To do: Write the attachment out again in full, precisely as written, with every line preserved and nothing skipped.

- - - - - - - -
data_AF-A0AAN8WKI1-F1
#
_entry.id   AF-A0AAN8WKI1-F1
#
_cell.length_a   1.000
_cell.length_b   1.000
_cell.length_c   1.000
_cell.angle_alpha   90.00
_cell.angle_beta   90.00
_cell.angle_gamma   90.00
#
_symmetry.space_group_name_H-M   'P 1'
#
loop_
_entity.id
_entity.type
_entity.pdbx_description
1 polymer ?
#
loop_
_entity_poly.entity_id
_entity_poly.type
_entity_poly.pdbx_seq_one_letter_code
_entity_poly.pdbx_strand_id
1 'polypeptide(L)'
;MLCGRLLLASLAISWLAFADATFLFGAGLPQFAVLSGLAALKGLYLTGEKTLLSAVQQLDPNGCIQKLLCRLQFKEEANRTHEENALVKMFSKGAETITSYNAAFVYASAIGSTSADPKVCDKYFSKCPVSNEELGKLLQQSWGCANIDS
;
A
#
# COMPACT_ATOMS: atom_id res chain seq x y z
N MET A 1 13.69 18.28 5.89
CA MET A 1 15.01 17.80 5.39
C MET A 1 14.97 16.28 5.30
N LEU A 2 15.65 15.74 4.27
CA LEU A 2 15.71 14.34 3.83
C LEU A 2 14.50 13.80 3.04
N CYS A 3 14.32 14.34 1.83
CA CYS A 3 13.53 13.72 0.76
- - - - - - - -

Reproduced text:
data_AF-A0AAN8WKI1-F1
#
_entry.id   AF-A0AAN8WKI1-F1
#
_cell.length_a   1.000
_cell.length_b   1.000
_cell.length_c   1.000
_cell.angle_alpha   90.00
_cell.angle_beta   90.00
_cell.angle_gamma   90.00
#
_symmetry.space_group_name_H-M   'P 1'
#
loop_
_entity.id
_entity.type
_entity.pdbx_description
1 polymer ?
#
loop_
_entity_poly.entity_id
_entity_poly.type
_entity_poly.pdbx_seq_one_letter_code
_entity_poly.pdbx_strand_id
1 'polypeptide(L)'
;MLCGRLLLASLAISWLAFADATFLFGAGLPQFAVLSGLAALKGLYLTGEKTLLSAVQQLDPNGCIQKLLCRLQFKEEANRTHEENALVKMFSKGAETITSYNAAFVYASAIGSTSADPKVCDKYFSKCPVSNEELGKLLQQSWGCANIDS
;
A
#
# COMPACT_ATOMS: atom_id res chain seq x y z
N MET A 1 13.69 18.28 5.89
CA MET A 1 15.01 17.80 5.39
C MET A 1 14.97 16.28 5.30
N LEU A 2 15.65 15.74 4.27
CA LEU A 2 15.71 14.34 3.83
C LEU A 2 14.50 13.80 3.04
N CYS A 3 14.32 14.34 1.83
CA CYS A 3 13.53 13.72 0.76